Today we started a two day journey north to the ancient Greek archeological site of Paestum.
We were running short of supplies and so before starting our journey we called in at one of the local supermarkets. As has now become our custom the dogs, and in particular Mabel, are left free to create havoc in Basil while we shop. As we emerged from the shop Melek could be seen in the driver’s seat looking for all the world as he was about to make off with Basil. Mabel on the other hand was was running around on the dashboard like a lunatic.
Whenever either one of us leaves Mabel for just 30 seconds our return is greeted by Mabel with furious tail wagging and ecstatic greetings. If this is the result after 30 seconds, imagine the excitement levels when we have been in the shop for 45 minutes! You would think that her fervour could increase no further, you would be wrong.
I hooked Mabel and Melek up to leads and took them for a walk in the supermarket car park, while Sarah packed the shopping. We had gone no further than 10 metres when Mabel went berserk. She had spotted a live chicken in the car park! Spaniels are bred to chase anything that moves: their raison d’etre is to flush birds from cover in a shoot. So on seeing one and then more and more chickens strutting calmly round the car park her instincts went into overdrive and I had my work cut out keeping hold of her.
Shih-tsu’s on the other hand, were bred to warm the feet of Chinese emperors and so anything as common as a chicken is beneath Melek’s dignity and he showed no interest whatsoever.
Having got Mabel back into Basil, we headed north on the A3 motorway. Another great bit of Italian engineering and for some reason free of charge. At times we had the azure mediterranean on one side and at others the motorway plunged inland through the Apeninne mountains. As we neared our overnight stop the Pollino Range came into view and at over 7000 feet in altitude the tops were still capped with snow.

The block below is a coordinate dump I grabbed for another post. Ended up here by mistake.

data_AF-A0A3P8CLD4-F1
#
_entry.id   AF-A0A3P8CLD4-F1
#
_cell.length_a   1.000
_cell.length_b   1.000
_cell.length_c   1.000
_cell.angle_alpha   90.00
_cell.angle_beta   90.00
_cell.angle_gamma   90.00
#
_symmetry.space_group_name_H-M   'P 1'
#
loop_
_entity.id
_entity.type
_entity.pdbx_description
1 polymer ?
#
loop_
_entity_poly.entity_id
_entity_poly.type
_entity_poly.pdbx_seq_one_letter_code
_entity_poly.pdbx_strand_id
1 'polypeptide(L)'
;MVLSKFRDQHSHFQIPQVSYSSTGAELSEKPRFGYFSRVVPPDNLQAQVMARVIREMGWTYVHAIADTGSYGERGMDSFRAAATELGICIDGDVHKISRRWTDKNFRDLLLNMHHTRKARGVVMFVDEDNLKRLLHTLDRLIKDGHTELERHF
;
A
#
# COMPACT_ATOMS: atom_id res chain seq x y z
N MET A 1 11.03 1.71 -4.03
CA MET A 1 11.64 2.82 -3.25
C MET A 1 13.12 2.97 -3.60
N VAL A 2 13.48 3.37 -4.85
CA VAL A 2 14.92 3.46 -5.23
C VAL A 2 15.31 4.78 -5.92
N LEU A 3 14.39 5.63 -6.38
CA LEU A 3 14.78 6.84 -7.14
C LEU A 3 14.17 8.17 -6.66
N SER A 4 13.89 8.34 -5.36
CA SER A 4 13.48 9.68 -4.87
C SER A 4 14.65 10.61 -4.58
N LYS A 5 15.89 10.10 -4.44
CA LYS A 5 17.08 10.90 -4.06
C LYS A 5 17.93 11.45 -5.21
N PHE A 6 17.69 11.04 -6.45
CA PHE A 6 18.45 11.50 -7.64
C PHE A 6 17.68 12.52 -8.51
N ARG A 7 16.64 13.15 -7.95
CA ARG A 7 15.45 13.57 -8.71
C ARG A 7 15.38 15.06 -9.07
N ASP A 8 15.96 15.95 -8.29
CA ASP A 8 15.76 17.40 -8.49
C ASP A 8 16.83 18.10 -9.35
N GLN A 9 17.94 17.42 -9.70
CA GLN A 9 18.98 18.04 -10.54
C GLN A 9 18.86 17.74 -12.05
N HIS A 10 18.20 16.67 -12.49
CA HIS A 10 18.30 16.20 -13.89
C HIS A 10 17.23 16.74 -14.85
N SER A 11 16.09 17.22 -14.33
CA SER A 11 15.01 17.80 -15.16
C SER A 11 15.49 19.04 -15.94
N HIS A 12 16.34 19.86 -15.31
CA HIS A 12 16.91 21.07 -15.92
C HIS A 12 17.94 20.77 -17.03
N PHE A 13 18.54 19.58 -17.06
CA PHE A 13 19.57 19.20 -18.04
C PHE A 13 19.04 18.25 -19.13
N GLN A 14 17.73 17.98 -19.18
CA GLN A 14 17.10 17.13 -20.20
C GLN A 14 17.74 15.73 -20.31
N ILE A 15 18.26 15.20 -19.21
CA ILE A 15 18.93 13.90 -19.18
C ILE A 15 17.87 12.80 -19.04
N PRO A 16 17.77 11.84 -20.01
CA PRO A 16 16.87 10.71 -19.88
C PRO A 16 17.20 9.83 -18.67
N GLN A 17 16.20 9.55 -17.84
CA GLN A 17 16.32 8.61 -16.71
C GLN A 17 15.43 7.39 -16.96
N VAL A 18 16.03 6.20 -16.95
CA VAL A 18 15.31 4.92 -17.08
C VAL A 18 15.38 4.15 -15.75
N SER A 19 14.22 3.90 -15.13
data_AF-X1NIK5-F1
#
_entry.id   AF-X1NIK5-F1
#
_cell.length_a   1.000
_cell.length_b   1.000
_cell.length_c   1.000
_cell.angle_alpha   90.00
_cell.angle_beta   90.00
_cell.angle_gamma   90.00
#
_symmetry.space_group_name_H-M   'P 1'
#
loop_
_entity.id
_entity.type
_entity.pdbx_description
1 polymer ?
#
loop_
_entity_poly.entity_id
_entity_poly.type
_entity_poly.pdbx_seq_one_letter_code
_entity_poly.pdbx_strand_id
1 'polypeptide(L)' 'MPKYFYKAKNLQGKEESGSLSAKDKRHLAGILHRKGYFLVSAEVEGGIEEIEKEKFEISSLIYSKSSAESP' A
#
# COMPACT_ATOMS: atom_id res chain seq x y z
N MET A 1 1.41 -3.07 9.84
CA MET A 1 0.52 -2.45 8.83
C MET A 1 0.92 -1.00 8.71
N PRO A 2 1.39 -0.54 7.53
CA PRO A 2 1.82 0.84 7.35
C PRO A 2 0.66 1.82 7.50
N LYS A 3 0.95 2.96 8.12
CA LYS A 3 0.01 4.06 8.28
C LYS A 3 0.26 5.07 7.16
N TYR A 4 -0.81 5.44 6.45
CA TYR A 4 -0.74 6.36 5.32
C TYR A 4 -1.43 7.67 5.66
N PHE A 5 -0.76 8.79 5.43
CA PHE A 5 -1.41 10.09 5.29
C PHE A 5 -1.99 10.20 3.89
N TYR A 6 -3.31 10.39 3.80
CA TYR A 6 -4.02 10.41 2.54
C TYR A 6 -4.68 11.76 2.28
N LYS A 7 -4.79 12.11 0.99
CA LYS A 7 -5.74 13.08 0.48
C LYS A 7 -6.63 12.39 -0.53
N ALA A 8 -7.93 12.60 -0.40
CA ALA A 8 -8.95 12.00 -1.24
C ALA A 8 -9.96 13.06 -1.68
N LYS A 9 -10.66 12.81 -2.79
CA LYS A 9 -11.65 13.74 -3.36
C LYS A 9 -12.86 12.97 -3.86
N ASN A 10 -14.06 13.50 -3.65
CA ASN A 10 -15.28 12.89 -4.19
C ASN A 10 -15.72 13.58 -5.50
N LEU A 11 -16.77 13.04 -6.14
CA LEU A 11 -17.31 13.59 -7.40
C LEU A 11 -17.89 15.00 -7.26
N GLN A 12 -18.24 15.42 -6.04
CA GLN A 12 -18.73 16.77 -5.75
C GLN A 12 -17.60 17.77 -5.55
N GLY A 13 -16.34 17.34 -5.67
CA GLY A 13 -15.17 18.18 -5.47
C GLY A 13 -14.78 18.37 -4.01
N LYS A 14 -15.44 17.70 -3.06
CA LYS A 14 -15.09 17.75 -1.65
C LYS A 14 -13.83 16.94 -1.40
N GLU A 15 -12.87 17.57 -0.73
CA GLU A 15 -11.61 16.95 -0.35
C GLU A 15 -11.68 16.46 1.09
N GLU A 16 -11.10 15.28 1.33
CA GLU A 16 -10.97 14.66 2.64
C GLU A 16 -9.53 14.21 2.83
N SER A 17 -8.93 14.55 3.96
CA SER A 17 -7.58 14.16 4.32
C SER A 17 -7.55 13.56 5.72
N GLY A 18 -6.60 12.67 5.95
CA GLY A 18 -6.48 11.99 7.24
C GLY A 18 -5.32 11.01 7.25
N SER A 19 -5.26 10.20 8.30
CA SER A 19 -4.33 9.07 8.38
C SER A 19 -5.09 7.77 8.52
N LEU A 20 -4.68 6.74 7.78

We stopped in a free sosta courtesy of the town of Morano Calabro (39.840814, 16.137374 – official Sosta Free with water and drain). It is another stunningly picturesque town set on an impossibly steep hillside in the heart of the Pollino National Park. Italy’s largest and home, to amongst other animals, wolves. Sarah and I went for a strenuous wander in its precipitous streets. I say streets, but it was mostly stairways.
From the sosta, where we parked Basil, to the ruins of a Norman castle at the top of the old town, there is a height difference of over 500 lung busting feet. There was no way of navigating, so tortuous were the twisting alleys, stairways and streets. The only option was at every junction, to just head upwards and sure enough we finally reached the Norman keep and paused for a well earned rest.
Sarah and I commented, that if this town was in Britain it would be one of our top tourist attractions, tarted up and thronged with tourists all year long. But Italy has so many of these beautiful hill top towns, that Morano Calabro, down in unfashionable Calabria, is a little down at heel; many of it’s buildings uncared for; but all the more atmospheric for that.